The objective of the Discovery and Development of Insulin project was to digitize and provide web access to a collection of approximately 7,000 images.
The project implementation can be divided into four separate processes:
- Optical Character Recognition (OCR) / Transcription
- Metadata creation
- Database creation and web access
The scanning was done by Preservation Services, University of Toronto Library, on the Eyelike digital camera system V 3.04. The master images have been captured to the following standard:
Scanning Bit Depth:
8-bit per channel of colour information (24 per pixel)
Since the chosen standard for archiving generates large files (average file size 48 MB), the project team chose to convert the images to JPGs for online delivery. The site provides users with 4 sizes of JPGs -- a thumbnail for quick reference and three varying sizes for examination and usage. In order to balance the onscreen quality with the overall size of the download, JPG images were created at a medium compression level.
Optical Character Recognition (OCR) and Transcription
The Insulin project team chose to perform OCR on the page images to allow for full-text searching and thus optimise the database for online access. OCR was done by Preservation Services using the Prime Recognition software package. For columnar text, Abbyy FineReader 5.0 Office was used to produce the OCR.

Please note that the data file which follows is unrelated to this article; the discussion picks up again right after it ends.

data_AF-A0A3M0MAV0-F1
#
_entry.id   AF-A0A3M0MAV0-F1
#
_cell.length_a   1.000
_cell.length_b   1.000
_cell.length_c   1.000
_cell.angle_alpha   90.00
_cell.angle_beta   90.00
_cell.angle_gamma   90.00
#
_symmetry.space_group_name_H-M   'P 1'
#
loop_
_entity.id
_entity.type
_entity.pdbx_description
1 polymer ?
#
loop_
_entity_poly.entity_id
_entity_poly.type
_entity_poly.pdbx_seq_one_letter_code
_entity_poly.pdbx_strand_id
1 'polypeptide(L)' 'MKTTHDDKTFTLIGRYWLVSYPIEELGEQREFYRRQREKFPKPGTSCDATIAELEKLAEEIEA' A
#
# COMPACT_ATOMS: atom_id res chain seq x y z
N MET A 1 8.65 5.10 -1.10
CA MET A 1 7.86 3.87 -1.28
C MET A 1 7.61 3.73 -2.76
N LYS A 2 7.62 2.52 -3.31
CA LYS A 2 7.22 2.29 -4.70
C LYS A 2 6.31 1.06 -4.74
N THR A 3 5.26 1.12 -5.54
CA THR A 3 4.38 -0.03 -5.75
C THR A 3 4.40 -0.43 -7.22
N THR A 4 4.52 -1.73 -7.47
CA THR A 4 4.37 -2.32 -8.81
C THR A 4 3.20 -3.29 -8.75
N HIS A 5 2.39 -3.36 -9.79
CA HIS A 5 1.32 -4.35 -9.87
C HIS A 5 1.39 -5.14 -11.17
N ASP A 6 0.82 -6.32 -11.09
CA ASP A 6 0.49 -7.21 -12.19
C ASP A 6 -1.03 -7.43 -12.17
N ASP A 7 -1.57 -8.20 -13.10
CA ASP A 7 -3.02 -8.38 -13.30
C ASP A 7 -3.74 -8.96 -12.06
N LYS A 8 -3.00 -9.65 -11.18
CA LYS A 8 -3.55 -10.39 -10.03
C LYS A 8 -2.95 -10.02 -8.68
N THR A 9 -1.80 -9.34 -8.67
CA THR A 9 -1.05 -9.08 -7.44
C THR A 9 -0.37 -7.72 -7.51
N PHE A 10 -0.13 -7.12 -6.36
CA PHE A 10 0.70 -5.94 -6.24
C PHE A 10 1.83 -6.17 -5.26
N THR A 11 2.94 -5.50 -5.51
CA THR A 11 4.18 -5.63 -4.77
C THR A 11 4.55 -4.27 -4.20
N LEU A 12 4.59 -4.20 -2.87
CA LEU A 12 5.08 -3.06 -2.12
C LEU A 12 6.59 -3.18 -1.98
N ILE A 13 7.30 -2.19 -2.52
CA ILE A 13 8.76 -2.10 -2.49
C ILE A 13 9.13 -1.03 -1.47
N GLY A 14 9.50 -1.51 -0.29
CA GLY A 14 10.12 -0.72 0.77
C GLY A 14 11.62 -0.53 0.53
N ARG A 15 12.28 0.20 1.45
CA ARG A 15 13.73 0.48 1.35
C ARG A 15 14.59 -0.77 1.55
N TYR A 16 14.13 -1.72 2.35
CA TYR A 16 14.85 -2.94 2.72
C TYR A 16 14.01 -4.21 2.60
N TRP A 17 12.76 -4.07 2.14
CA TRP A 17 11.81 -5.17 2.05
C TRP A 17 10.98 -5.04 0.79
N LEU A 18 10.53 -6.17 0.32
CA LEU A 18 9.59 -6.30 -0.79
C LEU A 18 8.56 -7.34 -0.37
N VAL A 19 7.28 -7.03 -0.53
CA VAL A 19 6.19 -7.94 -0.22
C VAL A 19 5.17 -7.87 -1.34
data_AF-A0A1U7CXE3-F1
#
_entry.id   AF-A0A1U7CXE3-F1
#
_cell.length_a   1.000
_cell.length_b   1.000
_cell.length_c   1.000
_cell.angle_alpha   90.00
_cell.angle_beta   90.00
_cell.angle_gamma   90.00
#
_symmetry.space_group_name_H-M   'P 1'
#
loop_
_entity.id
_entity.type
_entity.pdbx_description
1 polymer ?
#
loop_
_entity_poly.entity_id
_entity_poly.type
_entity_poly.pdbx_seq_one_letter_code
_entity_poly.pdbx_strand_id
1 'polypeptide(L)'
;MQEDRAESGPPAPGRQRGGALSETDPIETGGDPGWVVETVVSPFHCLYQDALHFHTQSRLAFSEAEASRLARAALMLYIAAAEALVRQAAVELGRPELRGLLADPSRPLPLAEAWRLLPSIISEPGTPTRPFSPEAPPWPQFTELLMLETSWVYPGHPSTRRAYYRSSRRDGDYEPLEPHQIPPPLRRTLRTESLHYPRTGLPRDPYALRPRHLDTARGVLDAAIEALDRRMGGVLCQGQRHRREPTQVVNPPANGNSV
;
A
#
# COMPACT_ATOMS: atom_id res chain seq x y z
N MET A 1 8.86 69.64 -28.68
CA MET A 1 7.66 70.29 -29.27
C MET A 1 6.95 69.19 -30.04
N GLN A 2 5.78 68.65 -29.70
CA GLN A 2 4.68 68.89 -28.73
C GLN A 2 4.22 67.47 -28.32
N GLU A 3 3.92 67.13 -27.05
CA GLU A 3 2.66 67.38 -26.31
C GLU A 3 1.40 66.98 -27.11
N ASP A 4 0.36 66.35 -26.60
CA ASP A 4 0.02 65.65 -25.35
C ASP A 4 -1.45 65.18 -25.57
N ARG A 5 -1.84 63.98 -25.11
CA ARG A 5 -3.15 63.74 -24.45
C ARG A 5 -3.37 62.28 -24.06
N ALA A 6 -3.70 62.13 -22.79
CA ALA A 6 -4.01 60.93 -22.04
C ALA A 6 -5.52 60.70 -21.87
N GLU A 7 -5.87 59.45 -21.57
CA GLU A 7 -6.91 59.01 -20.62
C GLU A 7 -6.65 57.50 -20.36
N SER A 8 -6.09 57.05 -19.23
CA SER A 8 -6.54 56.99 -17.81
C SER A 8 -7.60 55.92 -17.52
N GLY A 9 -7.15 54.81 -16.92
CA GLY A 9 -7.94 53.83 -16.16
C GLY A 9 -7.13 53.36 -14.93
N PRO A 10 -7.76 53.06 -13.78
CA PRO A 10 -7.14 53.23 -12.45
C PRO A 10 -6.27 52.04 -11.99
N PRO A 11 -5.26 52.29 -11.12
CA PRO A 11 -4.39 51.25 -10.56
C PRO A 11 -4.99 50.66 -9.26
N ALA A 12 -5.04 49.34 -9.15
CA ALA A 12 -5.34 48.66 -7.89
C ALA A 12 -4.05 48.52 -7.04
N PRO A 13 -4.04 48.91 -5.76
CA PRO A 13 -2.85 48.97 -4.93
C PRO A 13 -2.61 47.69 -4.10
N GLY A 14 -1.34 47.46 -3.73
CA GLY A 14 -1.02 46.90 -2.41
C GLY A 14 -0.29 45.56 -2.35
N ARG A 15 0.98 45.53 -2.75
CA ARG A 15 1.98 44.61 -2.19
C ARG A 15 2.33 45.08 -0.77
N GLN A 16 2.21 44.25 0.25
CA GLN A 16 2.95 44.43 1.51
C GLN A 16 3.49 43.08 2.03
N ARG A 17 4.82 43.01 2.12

Materials that could not be processed through OCR software such as manuscript letters and writings, notebooks, and many of the newspaper clippings have been transcribed by retyping page text. Transcribed files and the files processed by OCR software have been saved as ASCII text files and are used for full-text indexing and searching.
The structural metadata was captured in a relational database during the scanning process. The structural metadata tables contain information about the pagination of the document, correlation between filename and page numbers, features of the document as well as particular comments about the quality of the original material.
The descriptive metadata was also saved in a relational database format. The descriptive metadata contains fields such as title, author, extent, subject and others that facilitate in the discovery and retrieval of information. During the 2017 migration of the Insulin site, this descriptive metadata was converted to MODS.
Database creation and Web access
The Discovery and Early Development of Insulin collection was first made available online using ColdFusion technology in 2003. In 2017, the collection was migrated from ColdFusion to its current Islandora site. The ColdFusion site is available to view through the Wayback Machine at https://wayback.archive-it.org/6473/20170626191114/https://resource.library.utoronto.ca/insulin/.